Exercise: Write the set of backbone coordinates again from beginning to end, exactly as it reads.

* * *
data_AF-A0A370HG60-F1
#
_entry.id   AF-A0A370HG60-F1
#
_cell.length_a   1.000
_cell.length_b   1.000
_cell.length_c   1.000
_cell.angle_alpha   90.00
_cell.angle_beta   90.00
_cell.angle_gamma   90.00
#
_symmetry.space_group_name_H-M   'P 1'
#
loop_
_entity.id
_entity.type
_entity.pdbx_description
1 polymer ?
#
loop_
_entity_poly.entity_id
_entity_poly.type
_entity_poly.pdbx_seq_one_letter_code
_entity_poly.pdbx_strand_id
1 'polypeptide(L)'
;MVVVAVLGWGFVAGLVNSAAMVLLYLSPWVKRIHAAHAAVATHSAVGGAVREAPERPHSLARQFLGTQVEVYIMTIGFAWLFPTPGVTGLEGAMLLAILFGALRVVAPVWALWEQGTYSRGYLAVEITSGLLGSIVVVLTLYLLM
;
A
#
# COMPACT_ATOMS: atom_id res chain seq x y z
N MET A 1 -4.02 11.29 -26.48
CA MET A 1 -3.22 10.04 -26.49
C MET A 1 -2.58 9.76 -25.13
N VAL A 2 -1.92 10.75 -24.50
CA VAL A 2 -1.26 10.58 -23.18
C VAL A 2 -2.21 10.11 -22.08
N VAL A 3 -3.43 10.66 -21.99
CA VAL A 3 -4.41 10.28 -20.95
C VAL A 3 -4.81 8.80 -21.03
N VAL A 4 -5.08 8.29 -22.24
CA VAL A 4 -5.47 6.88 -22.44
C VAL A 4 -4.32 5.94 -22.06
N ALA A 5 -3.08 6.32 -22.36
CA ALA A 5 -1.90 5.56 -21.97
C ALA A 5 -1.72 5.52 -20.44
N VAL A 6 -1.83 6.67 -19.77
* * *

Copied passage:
data_AF-A0A370HG60-F1
#
_entry.id   AF-A0A370HG60-F1
#
_cell.length_a   1.000
_cell.length_b   1.000
_cell.length_c   1.000
_cell.angle_alpha   90.00
_cell.angle_beta   90.00
_cell.angle_gamma   90.00
#
_symmetry.space_group_name_H-M   'P 1'
#
loop_
_entity.id
_entity.type
_entity.pdbx_description
1 polymer ?
#
loop_
_entity_poly.entity_id
_entity_poly.type
_entity_poly.pdbx_seq_one_letter_code
_entity_poly.pdbx_strand_id
1 'polypeptide(L)'
;MVVVAVLGWGFVAGLVNSAAMVLLYLSPWVKRIHAAHAAVATHSAVGGAVREAPERPHSLARQFLGTQVEVYIMTIGFAWLFPTPGVTGLEGAMLLAILFGALRVVAPVWALWEQGTYSRGYLAVEITSGLLGSIVVVLTLYLLM
;
A
#
# COMPACT_ATOMS: atom_id res chain seq x y z
N MET A 1 -4.02 11.29 -26.48
CA MET A 1 -3.22 10.04 -26.49
C MET A 1 -2.58 9.76 -25.13
N VAL A 2 -1.92 10.75 -24.50
CA VAL A 2 -1.26 10.58 -23.18
C VAL A 2 -2.21 10.11 -22.08
N VAL A 3 -3.43 10.66 -21.99
CA VAL A 3 -4.41 10.28 -20.95
C VAL A 3 -4.81 8.80 -21.03
N VAL A 4 -5.08 8.29 -22.24
CA VAL A 4 -5.47 6.88 -22.44
C VAL A 4 -4.32 5.94 -22.06
N ALA A 5 -3.08 6.32 -22.36
CA ALA A 5 -1.90 5.56 -21.97
C ALA A 5 -1.72 5.52 -20.44
N VAL A 6 -1.83 6.67 -19.77